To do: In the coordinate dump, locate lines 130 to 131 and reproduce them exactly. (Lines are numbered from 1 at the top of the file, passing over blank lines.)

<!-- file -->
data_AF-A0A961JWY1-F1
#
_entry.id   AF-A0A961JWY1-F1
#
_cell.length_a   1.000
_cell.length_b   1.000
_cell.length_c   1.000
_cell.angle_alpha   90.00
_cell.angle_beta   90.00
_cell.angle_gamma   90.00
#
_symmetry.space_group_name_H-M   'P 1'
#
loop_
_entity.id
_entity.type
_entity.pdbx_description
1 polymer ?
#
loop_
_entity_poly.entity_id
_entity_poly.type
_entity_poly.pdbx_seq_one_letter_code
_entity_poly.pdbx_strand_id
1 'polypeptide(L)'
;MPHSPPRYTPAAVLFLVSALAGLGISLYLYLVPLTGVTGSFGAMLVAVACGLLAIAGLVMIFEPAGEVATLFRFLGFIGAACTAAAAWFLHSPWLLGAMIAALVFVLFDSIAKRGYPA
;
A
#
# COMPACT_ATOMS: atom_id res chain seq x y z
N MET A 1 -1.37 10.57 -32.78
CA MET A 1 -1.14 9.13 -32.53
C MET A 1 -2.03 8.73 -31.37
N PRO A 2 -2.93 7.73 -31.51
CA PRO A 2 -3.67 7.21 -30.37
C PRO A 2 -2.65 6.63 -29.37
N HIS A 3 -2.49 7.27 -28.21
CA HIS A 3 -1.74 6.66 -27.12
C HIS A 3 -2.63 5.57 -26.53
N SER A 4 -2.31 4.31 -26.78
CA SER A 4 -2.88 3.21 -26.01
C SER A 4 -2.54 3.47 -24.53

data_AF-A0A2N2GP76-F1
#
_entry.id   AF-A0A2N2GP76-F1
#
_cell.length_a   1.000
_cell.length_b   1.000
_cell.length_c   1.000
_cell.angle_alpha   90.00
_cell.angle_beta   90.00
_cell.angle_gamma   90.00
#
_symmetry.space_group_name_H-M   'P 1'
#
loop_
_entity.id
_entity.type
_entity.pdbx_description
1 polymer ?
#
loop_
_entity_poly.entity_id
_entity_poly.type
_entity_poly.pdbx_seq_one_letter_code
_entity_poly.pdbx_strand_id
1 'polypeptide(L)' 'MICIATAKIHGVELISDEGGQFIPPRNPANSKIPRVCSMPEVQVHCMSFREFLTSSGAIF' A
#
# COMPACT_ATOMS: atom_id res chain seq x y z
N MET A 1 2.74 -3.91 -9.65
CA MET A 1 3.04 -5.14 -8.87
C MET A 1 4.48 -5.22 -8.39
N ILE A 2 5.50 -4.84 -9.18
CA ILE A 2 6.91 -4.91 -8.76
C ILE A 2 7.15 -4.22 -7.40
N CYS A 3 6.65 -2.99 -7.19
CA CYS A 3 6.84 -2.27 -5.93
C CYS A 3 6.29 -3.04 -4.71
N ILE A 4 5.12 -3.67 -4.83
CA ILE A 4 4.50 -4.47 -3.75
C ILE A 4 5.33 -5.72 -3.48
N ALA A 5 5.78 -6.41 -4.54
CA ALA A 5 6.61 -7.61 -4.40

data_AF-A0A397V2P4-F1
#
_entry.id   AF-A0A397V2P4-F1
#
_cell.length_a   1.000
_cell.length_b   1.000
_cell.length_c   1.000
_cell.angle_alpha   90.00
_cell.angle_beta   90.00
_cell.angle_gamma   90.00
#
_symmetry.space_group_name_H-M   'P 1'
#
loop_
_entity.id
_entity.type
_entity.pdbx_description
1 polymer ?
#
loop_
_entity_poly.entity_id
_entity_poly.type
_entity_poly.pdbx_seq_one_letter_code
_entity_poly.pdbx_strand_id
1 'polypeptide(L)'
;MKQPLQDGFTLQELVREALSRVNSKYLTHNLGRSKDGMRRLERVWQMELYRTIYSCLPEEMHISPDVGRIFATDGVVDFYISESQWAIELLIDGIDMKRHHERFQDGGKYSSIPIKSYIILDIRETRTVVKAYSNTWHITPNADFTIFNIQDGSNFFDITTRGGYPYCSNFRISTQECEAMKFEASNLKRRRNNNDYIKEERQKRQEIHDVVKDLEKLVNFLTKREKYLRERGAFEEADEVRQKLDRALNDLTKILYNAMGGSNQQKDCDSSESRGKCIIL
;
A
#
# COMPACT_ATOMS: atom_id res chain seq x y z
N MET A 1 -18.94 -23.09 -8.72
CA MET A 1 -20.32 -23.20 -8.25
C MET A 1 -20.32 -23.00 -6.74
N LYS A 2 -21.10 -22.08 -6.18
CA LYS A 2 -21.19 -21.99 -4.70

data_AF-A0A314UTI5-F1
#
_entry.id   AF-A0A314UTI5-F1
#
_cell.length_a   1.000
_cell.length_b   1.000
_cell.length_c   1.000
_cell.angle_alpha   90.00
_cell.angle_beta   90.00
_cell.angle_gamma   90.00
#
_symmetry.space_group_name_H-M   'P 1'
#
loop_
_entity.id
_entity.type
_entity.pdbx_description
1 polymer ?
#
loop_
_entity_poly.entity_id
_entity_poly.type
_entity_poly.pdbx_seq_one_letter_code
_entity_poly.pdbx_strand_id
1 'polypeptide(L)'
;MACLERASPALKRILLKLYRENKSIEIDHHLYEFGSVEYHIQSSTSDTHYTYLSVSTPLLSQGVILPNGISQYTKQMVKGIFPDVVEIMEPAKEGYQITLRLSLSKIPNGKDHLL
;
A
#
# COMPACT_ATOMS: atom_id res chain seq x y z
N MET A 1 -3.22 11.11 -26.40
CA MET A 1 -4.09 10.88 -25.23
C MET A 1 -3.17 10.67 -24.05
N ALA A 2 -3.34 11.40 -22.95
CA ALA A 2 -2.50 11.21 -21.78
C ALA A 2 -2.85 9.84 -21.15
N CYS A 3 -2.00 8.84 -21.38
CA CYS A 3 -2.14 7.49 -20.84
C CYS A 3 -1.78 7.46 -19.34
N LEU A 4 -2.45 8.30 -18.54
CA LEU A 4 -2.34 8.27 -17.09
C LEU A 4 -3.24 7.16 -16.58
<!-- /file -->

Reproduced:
_symmetry.space_group_name_H-M   'P 1'
#